The splice operator !!! implemented in dynamic dots injects a list of arguments into a function call. It belongs to the family of injection operators and provides the same functionality as do.call().

The two main cases for splice injection are:

• Turning a list of inputs into distinct arguments. This is especially useful with functions that take data in ..., such as base::rbind().

dfs <- list(mtcars, mtcars)
inject(rbind(!!!mtcars))

• Injecting defused expressions like symbolised column names.

For tidyverse APIs, this second case is no longer as useful since dplyr 1.0 and the across() operator.

## Where does !!! work?

!!! does not work everywhere, you can only use it within certain special functions:

• Functions taking dynamic dots like list2().

• Functions taking defused and data-masked arguments, which are dynamic by default.

• Inside inject().

Most tidyverse functions support !!! out of the box. With base functions you need to use inject() to enable !!!.

Using the operator out of context may lead to incorrect results, see What happens if I use injection operators out of context?.

## Splicing a list of arguments

Take a function like base::rbind() that takes data in .... This sort of functions takes a variable number of arguments.

df1 <- data.frame(x = 1)
df2 <- data.frame(x = 2)

rbind(df1, df2)
#>   x
#> 1 1
#> 2 2

Passing individual arguments is only possible for a fixed amount of arguments. When the arguments are in a list whose length is variable (and potentially very large), we need a programmatic approach like the splicing syntax !!!:

dfs <- list(df1, df2)

inject(rbind(!!!dfs))
#>   x
#> 1 1
#> 2 2

Because rbind() is a base function we used inject() to explicitly enable !!!. However, many functions implement dynamic dots with !!! implicitly enabled out of the box.

tidyr::expand_grid(x = 1:2, y = c("a", "b"))
#> # A tibble: 4 × 2
#>       x y
#>   <int> <chr>
#> 1     1 a
#> 2     1 b
#> 3     2 a
#> 4     2 b

xs <- list(x = 1:2, y = c("a", "b"))
tidyr::expand_grid(!!!xs)
#> # A tibble: 4 × 2
#>       x y
#>   <int> <chr>
#> 1     1 a
#> 2     1 b
#> 3     2 a
#> 4     2 b

Note how the expanded grid has the right column names. That's because we spliced a named list. Splicing causes each name of the list to become an argument name.

tidyr::expand_grid(!!!set_names(xs, toupper))
#> # A tibble: 4 × 2
#>       X Y
#>   <int> <chr>
#> 1     1 a
#> 2     1 b
#> 3     2 a
#> 4     2 b

## Splicing a list of expressions

Another usage for !!! is to inject defused expressions into data-masked dots. However this usage is no longer a common pattern for programming with tidyverse functions and we recommend using other patterns if possible.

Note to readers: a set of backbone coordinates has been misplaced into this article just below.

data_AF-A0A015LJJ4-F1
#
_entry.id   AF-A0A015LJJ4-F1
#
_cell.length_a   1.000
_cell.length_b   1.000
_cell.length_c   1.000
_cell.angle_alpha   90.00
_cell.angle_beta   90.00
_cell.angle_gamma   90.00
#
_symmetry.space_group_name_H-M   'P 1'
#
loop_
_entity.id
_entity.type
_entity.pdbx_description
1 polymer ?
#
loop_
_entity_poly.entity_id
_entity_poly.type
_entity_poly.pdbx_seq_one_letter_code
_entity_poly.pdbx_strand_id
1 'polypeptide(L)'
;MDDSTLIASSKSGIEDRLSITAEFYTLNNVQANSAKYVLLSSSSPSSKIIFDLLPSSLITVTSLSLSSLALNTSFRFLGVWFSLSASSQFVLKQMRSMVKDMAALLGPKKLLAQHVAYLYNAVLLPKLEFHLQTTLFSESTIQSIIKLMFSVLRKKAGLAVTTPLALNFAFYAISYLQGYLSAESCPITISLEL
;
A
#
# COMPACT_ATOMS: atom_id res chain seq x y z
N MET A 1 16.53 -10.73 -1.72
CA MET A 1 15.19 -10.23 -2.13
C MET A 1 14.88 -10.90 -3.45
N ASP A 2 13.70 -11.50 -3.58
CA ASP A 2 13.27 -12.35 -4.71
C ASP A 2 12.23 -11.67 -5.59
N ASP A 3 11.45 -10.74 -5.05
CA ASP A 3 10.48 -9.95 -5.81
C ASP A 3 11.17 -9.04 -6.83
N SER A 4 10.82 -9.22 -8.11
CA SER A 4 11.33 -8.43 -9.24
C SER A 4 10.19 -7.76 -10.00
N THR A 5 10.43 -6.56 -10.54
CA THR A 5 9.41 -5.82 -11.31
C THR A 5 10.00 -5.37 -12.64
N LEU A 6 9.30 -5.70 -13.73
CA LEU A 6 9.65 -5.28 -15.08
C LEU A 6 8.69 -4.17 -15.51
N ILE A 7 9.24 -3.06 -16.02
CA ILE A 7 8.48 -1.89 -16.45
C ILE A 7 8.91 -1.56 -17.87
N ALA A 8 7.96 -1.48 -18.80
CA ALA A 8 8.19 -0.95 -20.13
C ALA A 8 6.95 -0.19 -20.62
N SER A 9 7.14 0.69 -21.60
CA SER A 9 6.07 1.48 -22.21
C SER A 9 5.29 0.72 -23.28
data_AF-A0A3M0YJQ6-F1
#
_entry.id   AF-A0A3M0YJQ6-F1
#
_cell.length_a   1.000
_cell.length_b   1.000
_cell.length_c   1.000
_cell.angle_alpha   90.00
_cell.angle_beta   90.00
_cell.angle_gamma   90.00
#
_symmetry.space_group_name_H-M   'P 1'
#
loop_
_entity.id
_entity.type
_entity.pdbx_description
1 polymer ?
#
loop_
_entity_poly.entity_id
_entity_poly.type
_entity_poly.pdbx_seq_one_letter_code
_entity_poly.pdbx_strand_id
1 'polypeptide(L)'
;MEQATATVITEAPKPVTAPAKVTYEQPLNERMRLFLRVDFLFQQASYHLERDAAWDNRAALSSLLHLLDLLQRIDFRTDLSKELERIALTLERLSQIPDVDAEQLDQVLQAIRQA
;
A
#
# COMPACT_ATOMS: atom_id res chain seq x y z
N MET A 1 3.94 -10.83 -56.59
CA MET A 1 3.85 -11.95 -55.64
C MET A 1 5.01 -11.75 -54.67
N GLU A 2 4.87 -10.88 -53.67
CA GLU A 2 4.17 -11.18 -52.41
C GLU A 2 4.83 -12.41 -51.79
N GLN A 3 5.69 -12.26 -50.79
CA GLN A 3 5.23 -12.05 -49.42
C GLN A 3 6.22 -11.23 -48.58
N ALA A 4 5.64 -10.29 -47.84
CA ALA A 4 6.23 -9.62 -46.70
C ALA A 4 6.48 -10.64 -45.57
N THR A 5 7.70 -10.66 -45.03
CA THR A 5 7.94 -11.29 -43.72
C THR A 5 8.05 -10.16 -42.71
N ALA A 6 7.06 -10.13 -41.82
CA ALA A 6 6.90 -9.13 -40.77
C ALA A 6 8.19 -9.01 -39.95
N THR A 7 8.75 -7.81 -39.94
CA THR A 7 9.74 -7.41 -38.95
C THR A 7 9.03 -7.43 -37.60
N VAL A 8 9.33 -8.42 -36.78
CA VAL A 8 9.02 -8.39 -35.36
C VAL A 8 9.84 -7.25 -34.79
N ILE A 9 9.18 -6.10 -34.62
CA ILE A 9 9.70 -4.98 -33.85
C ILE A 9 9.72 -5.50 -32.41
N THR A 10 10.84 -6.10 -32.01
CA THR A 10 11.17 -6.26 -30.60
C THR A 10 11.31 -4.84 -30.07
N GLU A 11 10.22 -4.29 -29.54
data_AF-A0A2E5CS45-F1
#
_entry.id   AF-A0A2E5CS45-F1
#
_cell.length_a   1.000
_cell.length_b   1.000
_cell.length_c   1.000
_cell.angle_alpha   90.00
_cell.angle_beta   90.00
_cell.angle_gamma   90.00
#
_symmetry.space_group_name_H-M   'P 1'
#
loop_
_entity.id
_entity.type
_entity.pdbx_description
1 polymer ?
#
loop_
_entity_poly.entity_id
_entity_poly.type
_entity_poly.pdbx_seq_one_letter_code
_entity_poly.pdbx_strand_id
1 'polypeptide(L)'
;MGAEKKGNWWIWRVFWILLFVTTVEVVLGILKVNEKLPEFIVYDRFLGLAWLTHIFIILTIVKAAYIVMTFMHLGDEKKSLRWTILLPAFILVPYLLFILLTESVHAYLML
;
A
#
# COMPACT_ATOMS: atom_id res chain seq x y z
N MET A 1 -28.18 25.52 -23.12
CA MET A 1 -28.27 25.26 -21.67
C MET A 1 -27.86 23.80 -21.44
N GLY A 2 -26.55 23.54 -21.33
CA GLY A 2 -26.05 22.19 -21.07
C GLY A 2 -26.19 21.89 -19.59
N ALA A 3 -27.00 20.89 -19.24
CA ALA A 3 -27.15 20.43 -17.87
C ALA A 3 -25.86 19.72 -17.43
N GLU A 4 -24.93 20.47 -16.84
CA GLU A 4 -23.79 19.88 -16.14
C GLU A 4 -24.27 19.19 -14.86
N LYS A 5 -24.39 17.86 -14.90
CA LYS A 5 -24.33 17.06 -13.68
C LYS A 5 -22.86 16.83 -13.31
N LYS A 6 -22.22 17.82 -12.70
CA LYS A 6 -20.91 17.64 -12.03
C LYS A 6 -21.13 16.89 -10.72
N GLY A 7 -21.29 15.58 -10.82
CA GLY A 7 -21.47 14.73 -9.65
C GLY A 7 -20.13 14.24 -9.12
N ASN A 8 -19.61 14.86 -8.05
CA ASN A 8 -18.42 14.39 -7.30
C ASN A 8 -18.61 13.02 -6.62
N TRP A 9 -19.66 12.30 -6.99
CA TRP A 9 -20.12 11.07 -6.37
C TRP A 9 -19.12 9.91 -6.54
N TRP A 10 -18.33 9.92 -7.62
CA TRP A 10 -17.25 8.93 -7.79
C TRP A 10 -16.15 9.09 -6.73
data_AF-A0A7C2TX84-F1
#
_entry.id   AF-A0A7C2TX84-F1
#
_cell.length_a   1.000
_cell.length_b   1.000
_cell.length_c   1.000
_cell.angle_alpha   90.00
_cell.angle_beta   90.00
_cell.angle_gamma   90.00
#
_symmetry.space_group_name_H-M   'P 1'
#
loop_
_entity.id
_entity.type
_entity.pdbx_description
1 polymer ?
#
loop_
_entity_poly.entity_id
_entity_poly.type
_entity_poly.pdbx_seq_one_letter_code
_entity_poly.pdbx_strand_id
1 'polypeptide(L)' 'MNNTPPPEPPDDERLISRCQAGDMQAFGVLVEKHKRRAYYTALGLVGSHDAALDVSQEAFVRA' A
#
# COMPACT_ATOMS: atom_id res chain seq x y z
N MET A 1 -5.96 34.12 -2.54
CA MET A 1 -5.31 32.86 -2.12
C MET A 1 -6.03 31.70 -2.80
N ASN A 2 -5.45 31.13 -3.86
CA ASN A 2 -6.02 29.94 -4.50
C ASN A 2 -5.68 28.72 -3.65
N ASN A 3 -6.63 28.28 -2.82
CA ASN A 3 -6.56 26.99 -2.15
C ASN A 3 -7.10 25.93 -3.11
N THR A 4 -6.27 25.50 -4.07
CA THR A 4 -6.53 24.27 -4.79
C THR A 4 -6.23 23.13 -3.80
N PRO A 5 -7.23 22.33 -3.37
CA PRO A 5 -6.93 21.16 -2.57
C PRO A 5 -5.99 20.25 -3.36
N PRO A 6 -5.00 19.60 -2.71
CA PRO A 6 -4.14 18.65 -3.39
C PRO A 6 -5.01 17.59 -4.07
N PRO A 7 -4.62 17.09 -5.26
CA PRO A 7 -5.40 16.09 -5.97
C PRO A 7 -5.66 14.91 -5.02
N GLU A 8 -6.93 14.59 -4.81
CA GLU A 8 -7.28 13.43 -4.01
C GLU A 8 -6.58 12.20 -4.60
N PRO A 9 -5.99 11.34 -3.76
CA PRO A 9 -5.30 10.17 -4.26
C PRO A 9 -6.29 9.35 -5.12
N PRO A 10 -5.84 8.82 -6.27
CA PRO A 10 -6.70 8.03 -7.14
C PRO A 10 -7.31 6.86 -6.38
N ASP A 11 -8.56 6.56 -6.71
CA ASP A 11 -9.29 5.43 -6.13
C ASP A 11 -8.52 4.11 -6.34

First, instead of using the defuse-and-inject pattern with ..., you can simply pass them on as you normally would. These two expressions are completely equivalent:

my_group_by <- function(.data, ...) {
.data %>% dplyr::group_by(!!!enquos(...))
}

# This equivalent syntax is preferred
my_group_by <- function(.data, ...) {
.data %>% dplyr::group_by(...)
}

Second, more complex applications such as transformation patterns can be solved with the across() operation introduced in dplyr 1.0. Say you want to take the mean() of all expressions in .... Before across(), you had to defuse the ... expressions, wrap them in a call to mean(), and inject them in summarise().

my_mean <- function(.data, ...) {
# Defuse dots and auto-name them
exprs <- enquos(..., .named = TRUE)

# Wrap the expressions in a call to mean()
exprs <- purrr::map(exprs, ~ call("mean", .x, na.rm = TRUE))

# Inject them
.data %>% dplyr::summarise(!!!exprs)
}

It is much easier to use across() instead:

my_mean <- function(.data, ...) {
.data %>% dplyr::summarise(across(c(...), ~ mean(.x, na.rm = TRUE)))
}

## Performance of injected dots and dynamic dots

Take this dynamic dots function:

n_args <- function(...) {
length(list2(...))
}

Because it takes dynamic dots you can splice with !!! out of the box.

n_args(1, 2)
#> [1] 2

n_args(!!!mtcars)
#> [1] 11

Equivalently you could enable !!! explicitly with inject().

inject(n_args(!!!mtcars))
#> [1] 11

While the result is the same, what is going on under the hood is completely different. list2() is a dots collector that special-cases !!! arguments. On the other hand, inject() operates on the language and creates a function call containing as many arguments as there are elements in the spliced list. If you supply a list of size 1e6, inject() is creating one million arguments before evaluation. This can be much slower.

xs <- rep(list(1), 1e6)

system.time(
n_args(!!!xs)
)
#>    user  system elapsed
#>   0.009   0.000   0.009

system.time(
inject(n_args(!!!xs))
)
#>    user  system elapsed
#>   0.445   0.012   0.457

The same issue occurs when functions taking dynamic dots are called inside a data-masking function like dplyr::mutate(). The mechanism that enables !!! injection in these arguments is the same as in inject().